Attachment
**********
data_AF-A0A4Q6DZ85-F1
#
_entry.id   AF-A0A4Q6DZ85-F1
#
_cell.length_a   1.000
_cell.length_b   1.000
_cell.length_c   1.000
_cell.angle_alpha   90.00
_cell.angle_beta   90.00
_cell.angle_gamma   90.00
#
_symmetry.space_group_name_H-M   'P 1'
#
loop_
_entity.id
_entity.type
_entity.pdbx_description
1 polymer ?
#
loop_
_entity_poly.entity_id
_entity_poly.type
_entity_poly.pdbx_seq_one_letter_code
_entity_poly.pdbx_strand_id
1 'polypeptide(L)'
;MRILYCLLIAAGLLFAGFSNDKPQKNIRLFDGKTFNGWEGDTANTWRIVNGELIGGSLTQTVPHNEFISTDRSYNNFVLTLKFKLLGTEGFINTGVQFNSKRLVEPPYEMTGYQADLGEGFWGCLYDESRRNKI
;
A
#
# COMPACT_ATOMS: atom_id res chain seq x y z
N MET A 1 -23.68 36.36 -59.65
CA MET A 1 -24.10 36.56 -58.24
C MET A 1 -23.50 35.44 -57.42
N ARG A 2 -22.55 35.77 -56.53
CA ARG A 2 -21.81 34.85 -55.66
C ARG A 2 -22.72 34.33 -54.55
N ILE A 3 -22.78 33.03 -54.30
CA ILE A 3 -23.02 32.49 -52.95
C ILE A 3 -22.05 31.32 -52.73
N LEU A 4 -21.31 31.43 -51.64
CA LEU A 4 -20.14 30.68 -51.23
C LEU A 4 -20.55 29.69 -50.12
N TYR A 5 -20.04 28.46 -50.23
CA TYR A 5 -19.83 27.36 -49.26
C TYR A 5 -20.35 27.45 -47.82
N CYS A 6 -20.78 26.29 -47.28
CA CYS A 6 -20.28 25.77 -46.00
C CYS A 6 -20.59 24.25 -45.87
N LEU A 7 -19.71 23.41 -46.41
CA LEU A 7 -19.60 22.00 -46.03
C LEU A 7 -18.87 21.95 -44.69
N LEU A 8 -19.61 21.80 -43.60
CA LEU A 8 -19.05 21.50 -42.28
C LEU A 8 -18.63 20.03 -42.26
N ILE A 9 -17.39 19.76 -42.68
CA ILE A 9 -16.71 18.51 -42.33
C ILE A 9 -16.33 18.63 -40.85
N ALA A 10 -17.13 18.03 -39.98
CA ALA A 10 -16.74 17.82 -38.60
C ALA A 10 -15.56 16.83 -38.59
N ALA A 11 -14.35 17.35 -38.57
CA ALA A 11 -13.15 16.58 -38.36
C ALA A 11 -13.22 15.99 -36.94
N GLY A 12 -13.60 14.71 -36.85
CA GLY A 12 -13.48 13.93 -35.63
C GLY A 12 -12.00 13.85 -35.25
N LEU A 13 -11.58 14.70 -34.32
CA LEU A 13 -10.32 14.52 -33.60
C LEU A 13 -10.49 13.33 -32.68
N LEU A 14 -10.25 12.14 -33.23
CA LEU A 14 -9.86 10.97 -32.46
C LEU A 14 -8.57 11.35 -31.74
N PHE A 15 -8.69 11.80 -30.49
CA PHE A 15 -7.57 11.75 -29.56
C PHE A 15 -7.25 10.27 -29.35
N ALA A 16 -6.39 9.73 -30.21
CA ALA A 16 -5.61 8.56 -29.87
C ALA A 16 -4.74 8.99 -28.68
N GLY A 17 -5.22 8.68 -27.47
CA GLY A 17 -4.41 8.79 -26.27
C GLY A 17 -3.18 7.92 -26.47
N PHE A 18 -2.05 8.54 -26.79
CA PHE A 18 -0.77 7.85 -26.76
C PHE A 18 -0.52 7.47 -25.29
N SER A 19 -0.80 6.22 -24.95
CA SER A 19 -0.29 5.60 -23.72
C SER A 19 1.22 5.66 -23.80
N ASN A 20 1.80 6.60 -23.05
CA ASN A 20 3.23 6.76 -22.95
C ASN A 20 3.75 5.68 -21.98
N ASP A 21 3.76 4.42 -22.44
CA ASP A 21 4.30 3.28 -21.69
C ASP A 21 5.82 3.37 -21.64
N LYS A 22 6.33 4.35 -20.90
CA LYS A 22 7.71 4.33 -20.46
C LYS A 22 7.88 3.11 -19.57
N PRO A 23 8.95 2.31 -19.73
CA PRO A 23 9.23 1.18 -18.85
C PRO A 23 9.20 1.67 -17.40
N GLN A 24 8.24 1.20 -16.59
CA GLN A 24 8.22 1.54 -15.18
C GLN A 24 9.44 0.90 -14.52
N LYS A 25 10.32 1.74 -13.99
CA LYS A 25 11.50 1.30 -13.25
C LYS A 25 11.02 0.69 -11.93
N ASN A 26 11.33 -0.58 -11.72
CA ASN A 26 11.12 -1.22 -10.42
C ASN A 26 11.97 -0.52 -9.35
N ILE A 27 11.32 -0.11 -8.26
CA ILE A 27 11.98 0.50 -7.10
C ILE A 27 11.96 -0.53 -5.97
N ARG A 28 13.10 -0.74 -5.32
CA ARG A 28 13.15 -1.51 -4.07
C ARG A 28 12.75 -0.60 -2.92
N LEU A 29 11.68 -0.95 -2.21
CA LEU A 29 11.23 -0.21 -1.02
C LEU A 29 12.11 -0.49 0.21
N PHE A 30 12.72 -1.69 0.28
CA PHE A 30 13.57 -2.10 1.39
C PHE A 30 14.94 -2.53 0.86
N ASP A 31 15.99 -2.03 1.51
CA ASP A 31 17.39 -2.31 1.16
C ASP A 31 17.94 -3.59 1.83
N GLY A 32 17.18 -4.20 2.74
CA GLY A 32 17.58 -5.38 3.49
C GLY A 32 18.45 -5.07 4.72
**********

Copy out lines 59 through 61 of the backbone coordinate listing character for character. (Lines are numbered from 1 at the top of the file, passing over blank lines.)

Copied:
CA ALA A 10 -16.74 17.82 -38.60
C ALA A 10 -15.56 16.83 -38.59
N ALA A 11 -14.35 17.35 -38.57